Sunday morning, I went down to the café and there was somebody looking through the window, and I just stood there, like, ‘Hello?’ Like, I’m not going to run or anything. I’m like, he just stood there and looked at me and I felt even more low. I felt like, well I must be nothing, Like I’m invisible or something like that, you know.
I’m walking around this library, trying to find a way to actually get out of it during Sunday day time, and it’s like Fort Knox, cannot get out the library. So I’m thinking, ‘As soon as I find a way to charge my phone, I’m going to be phoning the police to get me the hell out of here. There’s no way I’m waking up to staff. The shame. The shame. I could never come in this library again, if staff actually come in here, Monday morning: scream.
Oh yeah, they know it’s me so when I actually go there in the future… I’ve been a member of Central Library from about, oh, easily twenty years if not longer, longer than twenty years actually, over twenty years, about twenty-three years I’ve been a member there for, but I could never go in that library again, because they would know that I’m the person who got trapped inside the library. And I’ve got my sleeping bag with me, so they’re going to know that I’m homeless. And I just could not have anybody knowing that.
And everybody in life, besides wanting to be loved, they want to feel safe. And I believe everybody has the right to feel safe. And I think a lot of people in the world, they know they’re not in a safe environment, they don’t feel safe, but they just bluff it.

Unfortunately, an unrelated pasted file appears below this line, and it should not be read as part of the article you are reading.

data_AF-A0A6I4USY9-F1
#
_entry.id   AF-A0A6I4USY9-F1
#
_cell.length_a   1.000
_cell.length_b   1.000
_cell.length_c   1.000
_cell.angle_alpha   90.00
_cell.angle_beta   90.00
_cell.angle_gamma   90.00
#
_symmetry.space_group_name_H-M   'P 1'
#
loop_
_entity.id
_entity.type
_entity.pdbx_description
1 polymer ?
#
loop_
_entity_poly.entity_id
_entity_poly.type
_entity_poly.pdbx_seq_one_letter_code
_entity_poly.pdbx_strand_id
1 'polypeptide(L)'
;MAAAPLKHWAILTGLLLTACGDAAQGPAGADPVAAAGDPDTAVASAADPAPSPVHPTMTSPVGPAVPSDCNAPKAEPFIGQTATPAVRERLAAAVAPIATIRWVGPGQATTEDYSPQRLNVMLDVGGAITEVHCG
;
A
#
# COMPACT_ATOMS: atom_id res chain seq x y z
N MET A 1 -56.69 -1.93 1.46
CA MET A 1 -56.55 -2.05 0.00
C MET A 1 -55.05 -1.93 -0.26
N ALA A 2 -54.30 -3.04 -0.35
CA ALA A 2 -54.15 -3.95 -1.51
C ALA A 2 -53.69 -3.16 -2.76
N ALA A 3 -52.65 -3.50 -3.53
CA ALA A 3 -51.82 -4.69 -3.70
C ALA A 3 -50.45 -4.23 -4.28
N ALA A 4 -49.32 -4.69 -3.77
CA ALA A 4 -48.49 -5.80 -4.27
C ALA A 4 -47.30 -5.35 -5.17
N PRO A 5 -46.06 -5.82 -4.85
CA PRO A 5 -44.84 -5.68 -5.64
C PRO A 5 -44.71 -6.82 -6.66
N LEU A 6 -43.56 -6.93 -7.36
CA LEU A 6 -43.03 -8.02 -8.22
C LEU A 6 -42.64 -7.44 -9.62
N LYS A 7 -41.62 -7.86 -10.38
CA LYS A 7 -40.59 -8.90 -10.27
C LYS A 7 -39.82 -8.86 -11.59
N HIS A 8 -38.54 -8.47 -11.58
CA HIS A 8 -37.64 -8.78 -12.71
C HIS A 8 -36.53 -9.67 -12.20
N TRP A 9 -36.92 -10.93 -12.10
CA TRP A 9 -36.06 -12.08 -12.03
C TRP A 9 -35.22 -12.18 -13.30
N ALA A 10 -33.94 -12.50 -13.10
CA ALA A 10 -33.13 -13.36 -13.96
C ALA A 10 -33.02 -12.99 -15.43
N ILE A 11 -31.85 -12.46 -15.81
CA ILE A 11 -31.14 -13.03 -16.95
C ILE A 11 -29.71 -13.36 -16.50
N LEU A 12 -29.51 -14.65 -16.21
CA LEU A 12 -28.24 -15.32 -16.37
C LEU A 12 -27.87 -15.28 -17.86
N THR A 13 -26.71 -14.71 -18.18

I used to work in a very affluent section of sales, within the finance sector, for quite some years. In the banking sector. So I’ve had these types of jobs that people have, who have families. But I was like, 22 when I began these type of jobs and I finished when I was 32, so I gave it a… I had a longer run, and that’s why I never really had time to socialise. I’d start at one o’clock in the afternoon and finish at nine o’clock at night in most of these jobs, when I’m working in the Wythenshawe area, Warrington, or whether I’m working in the Chester area.
So, I’ve had that type of work ethic, and when you find out that you’re being made redundant on the news, and you find out that Lloyds banking group has saved the bank that you work for, but nobody’s told you about it, then you realise that you’re just a number. You’re not an individual.
I’m the man you see when you punks no longer need food nor sleep.
I’m the man you see all the time, because I remind you of time, as I appeared unto you straight after time decided to,
pass one over and leave you behind.
Ever since your mother held her stomach and cried,
yelling like a banshee,
I knew you were mine.
No more raves, bitches, or chicks.
I knew you just wanted to heave, be sick.
Too late, my dear, you’re in the company of the wolves,
who won’t be forced to live amongst and trust.
Living one’s life for another.
Shame on you, I have a smug grin,
for what you did is the oldest sin.
I keep my grin safe in my head,
While I sit at the edge of your bed,
watching your body lying there,
You crying, dying, mind in despair,
thinking, ‘Life is not fair.’
I swear, you even began to swear.